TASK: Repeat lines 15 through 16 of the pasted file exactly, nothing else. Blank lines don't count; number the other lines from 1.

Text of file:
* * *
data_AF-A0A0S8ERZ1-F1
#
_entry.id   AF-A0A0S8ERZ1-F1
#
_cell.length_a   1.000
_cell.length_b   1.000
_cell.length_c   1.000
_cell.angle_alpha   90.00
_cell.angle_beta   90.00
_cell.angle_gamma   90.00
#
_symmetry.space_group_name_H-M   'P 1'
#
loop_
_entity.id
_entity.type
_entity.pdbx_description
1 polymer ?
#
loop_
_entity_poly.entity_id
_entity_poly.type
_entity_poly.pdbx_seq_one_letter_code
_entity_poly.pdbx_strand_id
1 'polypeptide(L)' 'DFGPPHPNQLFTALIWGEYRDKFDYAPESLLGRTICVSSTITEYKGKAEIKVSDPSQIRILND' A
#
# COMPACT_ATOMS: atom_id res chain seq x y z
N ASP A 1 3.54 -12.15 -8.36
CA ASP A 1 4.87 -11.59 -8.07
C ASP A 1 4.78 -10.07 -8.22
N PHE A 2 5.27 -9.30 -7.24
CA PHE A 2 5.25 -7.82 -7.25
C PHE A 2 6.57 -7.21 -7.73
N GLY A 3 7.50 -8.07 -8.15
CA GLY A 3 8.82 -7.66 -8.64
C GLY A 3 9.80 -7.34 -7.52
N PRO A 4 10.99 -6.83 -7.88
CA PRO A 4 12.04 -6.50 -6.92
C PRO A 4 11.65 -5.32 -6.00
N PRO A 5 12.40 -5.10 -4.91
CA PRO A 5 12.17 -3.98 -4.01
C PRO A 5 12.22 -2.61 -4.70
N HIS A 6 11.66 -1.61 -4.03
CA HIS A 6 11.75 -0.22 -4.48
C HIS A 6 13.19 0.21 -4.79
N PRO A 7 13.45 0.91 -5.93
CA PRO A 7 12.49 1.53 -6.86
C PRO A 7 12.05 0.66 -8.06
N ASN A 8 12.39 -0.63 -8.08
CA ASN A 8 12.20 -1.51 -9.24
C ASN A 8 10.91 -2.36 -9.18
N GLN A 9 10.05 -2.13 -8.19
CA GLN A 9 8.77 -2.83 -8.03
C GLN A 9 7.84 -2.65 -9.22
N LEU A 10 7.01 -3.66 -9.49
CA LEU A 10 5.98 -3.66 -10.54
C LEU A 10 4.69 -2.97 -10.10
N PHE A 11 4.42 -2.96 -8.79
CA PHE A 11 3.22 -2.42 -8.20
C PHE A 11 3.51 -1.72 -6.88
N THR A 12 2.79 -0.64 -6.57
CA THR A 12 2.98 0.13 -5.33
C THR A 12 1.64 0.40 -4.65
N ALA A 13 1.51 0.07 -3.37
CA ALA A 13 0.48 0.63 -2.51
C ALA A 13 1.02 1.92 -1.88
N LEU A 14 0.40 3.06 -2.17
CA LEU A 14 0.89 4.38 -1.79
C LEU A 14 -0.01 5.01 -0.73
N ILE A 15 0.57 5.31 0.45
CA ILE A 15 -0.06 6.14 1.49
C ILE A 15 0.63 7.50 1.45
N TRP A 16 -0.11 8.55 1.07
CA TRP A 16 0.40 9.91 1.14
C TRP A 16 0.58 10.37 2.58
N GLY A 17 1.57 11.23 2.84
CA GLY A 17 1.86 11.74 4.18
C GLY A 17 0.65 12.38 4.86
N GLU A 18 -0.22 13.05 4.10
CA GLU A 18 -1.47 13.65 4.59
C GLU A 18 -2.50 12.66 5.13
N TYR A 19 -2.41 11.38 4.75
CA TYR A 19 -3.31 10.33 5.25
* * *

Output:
_entity.id
_entity.type